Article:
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Modern & Contemporary Indian Art Modern & Contemporary Indian Art USTAD ALLAH BUX (1885 - 1978)
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From the collection of a prominent Delhi based family, who have been known connoisseurs of art since the 1930s
“I am not a Hindu, nor a Muslim, am I! I am this body, a play of five elements;a drama of the spirit dancing with joy and sorrow”
This exquisite oil painting of Lord Krishna though unsigned could be indisputably attributed to Ustad Allah Bux, the great maestro of lyrical realism. Allah Bux is one of the esteemed members of Undivided India who is respected in both the nations of India and Pakistan for his creative oeuvre which he pursued with an unprejudiced mind, responding solely to the insightful yearnings of his inner soul.For him love was a universal language which crossed the narrow by lanes of religion, caste and community in search of truth that unified one’s soul with the eternal. Therefore the love of Radha and Krishna was unanimous to the pining of Heer for Ranjha.
Bux mostly worked in large-scale oil paintings on canvas although he was competent is several other mediums like pen and ink, tempera and watercolours. He was a studio artist who recreated his imagery from the routine observance of the life around him. An admirer of Western Classical Art form, Bux, endlessly endeavored to gain a perfect balance of indigenous traits in the framework of Western pictorial idiom.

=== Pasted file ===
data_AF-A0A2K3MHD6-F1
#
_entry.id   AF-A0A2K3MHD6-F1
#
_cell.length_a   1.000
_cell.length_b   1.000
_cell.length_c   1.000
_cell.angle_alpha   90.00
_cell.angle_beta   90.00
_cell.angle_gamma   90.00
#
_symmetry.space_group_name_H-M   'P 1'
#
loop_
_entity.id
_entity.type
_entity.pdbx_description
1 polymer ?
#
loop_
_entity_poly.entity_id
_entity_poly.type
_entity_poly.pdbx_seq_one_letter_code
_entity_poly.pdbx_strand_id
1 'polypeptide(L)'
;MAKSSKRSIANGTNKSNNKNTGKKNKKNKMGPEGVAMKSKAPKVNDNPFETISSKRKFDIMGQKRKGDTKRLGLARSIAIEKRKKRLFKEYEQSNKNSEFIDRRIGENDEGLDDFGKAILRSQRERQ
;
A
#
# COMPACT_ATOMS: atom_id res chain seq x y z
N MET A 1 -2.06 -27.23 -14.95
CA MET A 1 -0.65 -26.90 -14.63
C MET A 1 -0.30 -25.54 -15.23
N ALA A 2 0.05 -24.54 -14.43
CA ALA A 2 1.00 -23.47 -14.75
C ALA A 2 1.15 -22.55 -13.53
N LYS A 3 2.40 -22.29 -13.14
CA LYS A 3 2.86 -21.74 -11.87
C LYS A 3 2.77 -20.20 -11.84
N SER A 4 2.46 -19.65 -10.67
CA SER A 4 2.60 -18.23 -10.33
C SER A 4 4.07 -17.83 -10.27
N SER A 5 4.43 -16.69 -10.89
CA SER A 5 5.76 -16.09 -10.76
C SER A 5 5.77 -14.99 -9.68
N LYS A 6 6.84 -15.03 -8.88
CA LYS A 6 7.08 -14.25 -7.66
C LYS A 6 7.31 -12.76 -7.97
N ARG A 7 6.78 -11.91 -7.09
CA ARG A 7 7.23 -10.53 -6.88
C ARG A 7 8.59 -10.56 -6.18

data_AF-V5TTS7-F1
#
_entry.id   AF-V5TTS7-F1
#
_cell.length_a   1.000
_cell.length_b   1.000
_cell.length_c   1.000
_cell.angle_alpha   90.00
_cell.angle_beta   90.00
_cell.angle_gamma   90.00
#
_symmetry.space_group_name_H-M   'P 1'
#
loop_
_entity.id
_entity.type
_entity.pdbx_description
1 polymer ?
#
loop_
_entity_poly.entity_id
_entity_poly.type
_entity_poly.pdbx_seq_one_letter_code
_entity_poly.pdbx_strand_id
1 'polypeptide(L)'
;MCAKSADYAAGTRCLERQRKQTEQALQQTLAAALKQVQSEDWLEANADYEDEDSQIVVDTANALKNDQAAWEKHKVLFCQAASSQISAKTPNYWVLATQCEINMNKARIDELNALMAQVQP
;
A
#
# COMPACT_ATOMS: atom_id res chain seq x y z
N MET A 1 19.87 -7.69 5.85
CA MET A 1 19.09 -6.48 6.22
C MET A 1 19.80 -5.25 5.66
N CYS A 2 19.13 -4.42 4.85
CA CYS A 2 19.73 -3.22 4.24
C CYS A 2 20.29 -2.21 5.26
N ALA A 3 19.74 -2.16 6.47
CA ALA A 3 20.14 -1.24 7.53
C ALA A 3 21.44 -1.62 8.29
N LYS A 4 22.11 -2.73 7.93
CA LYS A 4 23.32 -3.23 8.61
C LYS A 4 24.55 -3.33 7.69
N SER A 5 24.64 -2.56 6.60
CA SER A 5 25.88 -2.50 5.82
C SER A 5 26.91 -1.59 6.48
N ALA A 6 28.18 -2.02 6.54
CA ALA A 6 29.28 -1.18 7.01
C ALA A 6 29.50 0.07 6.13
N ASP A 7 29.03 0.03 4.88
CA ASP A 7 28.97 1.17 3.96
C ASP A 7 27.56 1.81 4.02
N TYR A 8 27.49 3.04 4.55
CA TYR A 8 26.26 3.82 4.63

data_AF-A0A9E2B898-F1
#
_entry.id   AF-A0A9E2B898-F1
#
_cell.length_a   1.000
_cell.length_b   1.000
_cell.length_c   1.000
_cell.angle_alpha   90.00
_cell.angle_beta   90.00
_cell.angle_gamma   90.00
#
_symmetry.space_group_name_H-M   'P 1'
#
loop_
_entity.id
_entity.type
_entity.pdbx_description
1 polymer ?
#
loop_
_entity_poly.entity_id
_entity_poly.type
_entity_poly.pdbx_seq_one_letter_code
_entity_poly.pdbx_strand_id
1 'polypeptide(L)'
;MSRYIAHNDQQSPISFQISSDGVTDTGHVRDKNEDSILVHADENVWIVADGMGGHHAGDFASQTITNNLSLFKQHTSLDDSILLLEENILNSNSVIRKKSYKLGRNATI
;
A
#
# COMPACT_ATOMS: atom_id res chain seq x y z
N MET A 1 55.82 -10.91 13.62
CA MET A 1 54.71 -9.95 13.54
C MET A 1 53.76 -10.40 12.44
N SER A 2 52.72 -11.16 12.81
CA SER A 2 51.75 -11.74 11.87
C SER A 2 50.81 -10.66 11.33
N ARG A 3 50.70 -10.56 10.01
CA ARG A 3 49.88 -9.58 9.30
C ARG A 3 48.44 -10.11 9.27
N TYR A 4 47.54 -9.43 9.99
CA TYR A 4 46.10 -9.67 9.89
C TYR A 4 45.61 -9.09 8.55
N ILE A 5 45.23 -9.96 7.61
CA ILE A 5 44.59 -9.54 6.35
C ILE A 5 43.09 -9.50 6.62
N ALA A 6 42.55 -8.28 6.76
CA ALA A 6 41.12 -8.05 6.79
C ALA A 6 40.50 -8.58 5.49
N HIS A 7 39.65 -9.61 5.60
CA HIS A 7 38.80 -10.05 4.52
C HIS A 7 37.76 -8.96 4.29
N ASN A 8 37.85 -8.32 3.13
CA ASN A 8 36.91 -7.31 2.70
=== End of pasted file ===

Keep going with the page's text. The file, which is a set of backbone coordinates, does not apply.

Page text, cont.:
The present work exemplifies this conglomeration of diverse cultural lingo. A bejeweled Krishna stands here resting against a broken temple pillar, as is evident from the apsara figure at it’s lower half.The doleful eyes of the teenaged lover eagerly look on for the arrival of his consort. His thirst is intensified by the peacock at his feet who quest for the cherished arrival of Radha. Other than illuminated form of Krishna the rest of the pictorial space is darkened except for the plumed bird, a silently flowing waterfall and the moon-struck mountains in the background. The treatment evokes the European style of chiaro-scuro (light and shade) as seen in the paintings of Caravaggio and Rembrandt. Also worth noticing is the seemingly effortless treatment of fabric and jewellery which bears testament to the artist’s command of Western classical realism.